Home audio using HifiBerry & Raspberry Pi

  Tuesday, March 1, 2016 » Linux

In this post I’ll describe how to set up the audio system that has been doing its work happily in my living room for about a year now.

My initial requirements when I set it up were:

  • Any device should be able to connect to it (tablets, windows phone, notebook)
  • Not too expensive
  • Hackable
  • Always-On (low power usage, no noise)

Those requirements led me to a Raspberry Pi based system. Tablets and phones can connect via bluetooth to use the Raspberry’s speakers. And with MPD it becomes a headless music station.


I initially tried the setup without a HifiBerry. Don’t make the same mistake. It is a waste of time. Without the HifiBerry the setup was mind bogglingly unstable. Audio streams would cut off randomly and resume minutes later. It was so bad that I thought the HifiBerry couldn’t possible help. Luckily I was wrong.


I chose Archlinux because it’s my daily driver on the Desktop and therefore I’m familiar with it.

I won’t go into details on how to install Archlinux ARM because it’s documented somewhere on their site.

HifiBerry Setup

To use the HifiBerry instead of the built-in audio the snd-bcm2835 module has to be disabled. Edit /etc/modules-load.d/raspberrypi.conf with your favorite version of vim from:




And in /boot/config.txt uncomment the following line:


Pulseaudio Configuration

The required packages can be installed using pacman:

pacman -S bluez bluez-utils pulseaudio pulseaudio-bluetooth screen dbus

Pulseaudio and bluez are required to connect a phone or tablet via bluetooth (A2DP).

Besides that, with pulseaudio the raspberry can also be set up as an audio sink for other (also pulseaudio enabled) computers.

The default configuration that ships with the packages under Archlinux will mostly do. Only one modification should be made in /etc/pulse/daemon.confg:

exit-idle-time = -1

Set exit-idle-time to -1. This will prevent Pulseaudio from shutting down if it has been idle for a while.

Getting Pulseaudio to play nicely with Bluez

Of course, simply installing all the required packages isn’t going to do the trick. Something always gets in the way.

Pulseaudio’s main use case is a desktop environment. It is usually launched within a dbus session (which in turn is launched if a user logs into his desktop environment).

Without this dbus session the communication between the bluetooth stack and pulseaudio won’t work correctly.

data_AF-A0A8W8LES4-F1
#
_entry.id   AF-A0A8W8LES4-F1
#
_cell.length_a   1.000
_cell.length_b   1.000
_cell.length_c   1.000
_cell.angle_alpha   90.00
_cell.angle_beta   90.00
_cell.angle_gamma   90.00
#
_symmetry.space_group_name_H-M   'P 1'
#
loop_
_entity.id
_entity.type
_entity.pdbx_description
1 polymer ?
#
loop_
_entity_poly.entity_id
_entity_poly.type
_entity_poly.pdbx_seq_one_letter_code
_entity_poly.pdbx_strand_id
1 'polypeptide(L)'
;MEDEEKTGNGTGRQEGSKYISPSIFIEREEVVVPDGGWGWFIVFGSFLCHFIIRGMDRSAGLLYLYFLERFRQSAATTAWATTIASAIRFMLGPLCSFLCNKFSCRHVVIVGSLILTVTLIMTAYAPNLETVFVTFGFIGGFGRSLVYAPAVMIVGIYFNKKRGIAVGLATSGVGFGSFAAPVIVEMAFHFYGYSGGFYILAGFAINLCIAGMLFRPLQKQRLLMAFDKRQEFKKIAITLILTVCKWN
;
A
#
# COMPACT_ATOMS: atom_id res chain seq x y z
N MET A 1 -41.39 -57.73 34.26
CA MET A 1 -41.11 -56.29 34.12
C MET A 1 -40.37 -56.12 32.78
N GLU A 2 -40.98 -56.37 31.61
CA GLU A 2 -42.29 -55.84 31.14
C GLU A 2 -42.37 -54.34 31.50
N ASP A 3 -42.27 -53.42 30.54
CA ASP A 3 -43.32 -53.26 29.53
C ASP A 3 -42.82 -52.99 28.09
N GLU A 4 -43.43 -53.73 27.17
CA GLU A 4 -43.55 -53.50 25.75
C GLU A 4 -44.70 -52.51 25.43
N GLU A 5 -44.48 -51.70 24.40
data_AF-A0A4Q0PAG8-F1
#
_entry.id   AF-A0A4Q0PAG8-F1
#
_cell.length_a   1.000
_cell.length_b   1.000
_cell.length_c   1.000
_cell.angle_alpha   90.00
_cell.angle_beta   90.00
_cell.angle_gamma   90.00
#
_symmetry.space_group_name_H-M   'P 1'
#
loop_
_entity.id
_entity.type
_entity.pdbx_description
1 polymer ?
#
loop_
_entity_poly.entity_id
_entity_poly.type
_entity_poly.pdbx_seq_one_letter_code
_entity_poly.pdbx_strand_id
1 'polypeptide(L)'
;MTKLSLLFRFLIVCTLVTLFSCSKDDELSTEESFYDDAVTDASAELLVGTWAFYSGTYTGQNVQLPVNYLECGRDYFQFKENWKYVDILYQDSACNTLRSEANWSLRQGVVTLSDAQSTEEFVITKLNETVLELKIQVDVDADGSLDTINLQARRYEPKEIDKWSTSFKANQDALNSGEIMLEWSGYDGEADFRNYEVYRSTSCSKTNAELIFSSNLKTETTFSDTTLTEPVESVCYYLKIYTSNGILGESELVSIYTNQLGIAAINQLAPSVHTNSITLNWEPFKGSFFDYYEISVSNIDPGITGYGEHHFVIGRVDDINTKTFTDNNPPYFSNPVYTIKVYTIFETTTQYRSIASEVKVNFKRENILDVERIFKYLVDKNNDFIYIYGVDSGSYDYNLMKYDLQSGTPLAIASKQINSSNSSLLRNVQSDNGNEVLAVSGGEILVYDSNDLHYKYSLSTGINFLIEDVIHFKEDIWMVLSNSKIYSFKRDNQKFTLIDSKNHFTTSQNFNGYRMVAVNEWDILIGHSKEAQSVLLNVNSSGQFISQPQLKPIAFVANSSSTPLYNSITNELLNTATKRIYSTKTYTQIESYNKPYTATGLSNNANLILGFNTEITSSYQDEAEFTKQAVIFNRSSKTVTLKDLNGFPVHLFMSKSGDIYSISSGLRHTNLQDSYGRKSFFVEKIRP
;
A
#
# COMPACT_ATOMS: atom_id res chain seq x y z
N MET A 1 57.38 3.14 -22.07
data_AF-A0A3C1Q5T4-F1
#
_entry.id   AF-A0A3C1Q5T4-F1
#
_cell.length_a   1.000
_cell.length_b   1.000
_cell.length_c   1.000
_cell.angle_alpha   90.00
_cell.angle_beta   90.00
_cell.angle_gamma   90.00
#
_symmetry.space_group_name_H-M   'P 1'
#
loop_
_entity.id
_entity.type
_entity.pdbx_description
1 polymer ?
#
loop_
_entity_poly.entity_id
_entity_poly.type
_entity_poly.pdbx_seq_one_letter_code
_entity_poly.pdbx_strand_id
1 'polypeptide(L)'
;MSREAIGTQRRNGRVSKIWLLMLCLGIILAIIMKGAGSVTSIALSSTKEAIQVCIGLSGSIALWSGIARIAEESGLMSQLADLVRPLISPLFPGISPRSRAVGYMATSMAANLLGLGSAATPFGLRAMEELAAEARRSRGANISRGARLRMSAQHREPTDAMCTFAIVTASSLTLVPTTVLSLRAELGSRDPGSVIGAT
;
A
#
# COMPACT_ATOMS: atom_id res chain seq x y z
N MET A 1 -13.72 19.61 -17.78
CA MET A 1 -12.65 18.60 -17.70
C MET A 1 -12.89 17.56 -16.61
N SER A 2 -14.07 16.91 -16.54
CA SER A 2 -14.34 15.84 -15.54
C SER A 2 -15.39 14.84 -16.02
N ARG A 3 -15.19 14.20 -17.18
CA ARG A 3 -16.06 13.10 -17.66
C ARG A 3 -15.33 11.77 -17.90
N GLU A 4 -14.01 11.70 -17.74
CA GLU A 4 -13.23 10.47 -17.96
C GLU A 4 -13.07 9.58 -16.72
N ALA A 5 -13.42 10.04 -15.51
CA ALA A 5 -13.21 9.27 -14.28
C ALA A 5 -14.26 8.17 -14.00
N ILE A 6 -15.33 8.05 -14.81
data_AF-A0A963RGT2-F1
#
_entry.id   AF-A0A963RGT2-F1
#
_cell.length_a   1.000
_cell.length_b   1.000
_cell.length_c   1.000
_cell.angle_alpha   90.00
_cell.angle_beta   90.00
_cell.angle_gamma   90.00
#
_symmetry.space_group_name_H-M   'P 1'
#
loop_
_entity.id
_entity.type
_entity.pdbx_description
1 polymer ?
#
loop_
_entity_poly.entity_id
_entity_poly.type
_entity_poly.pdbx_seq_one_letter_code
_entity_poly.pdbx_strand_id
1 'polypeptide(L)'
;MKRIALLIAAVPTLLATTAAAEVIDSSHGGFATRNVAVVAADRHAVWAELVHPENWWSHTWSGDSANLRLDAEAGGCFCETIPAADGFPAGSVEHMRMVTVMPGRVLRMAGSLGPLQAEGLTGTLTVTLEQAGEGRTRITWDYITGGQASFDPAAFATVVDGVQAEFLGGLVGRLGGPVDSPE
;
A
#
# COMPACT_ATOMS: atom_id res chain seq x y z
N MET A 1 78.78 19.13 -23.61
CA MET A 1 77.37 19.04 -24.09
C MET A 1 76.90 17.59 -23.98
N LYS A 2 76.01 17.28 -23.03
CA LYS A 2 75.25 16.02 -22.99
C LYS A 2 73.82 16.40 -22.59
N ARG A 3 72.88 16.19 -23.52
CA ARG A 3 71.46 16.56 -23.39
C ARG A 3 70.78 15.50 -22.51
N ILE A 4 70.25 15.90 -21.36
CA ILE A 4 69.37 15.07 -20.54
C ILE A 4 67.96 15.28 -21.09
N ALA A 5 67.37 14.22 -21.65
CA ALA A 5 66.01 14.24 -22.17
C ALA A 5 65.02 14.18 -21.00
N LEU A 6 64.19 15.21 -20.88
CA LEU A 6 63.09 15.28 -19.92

Having a desktop environment on the Raspberry would be a waste of resources. And it’s not required at all - it’s possible to create a dbus session anyway. Using the dbus-launch command and screen (tmux works too if you prefer that).

dbus-launch screen

Inside the screen session pulseaudio can be started:

pulseaudio -v --high-priority

And in another tab of screen use bluetoothctl to power on the adapter and pair the devices.

Bluetoothctl permissions

If bluetoothctl doesn’t react to any input there is another issue that need fixing.

The user doesn’t have the required permissions. To fix that add the user to the lp group:

usermod -a lp

And add the following in /etc/dbus-1/system.d/bluetooth.conf between <busconfig> and </busconfig>:

<!-- allow users of lp group (printing subsystem) to
   communicate with bluetoothd -->
<policy group="lp">
    <allow send_destination="org.bluez"/>
    <allow own="org.bluez"/>
    <allow send_interface="org.bluez.Agent1"/>
    <allow send_interface="org.bluez.MediaEndpoint1"/>
    <allow send_interface="org.bluez.MediaPlayer1"/>
    <allow send_interface="org.bluez.ThermometerWatcher1"/>
    <allow send_interface="org.bluez.AlertAgent1"/>
    <allow send_interface="org.bluez.Profile1"/>
    <allow send_interface="org.bluez.HeartRateWatcher1"/>
    <allow send_interface="org.bluez.CyclingSpeedWatcher1"/>
    <allow send_interface="org.bluez.GattCharacteristic1"/>
    <allow send_interface="org.bluez.GattDescriptor1"/>
    <allow send_interface="org.freedesktop.DBus.ObjectManager"/>
    <allow send_interface="org.freedesktop.DBus.Properties"/>

Other minor troubles along the way

  • Audio quality might be bad if the volume in alsamixer is set to 100. Fire up alsamixer and turn it down.


With this it should be possible to pair devices using bluetoothctl and have them play music on the Raspberry’s speakers.

To get the most out of the setup it makes sense to also install MPD or Mopidy but this is out of scope for this post.

(And once everything else is running, installing one of those two is should be straight forward anyway)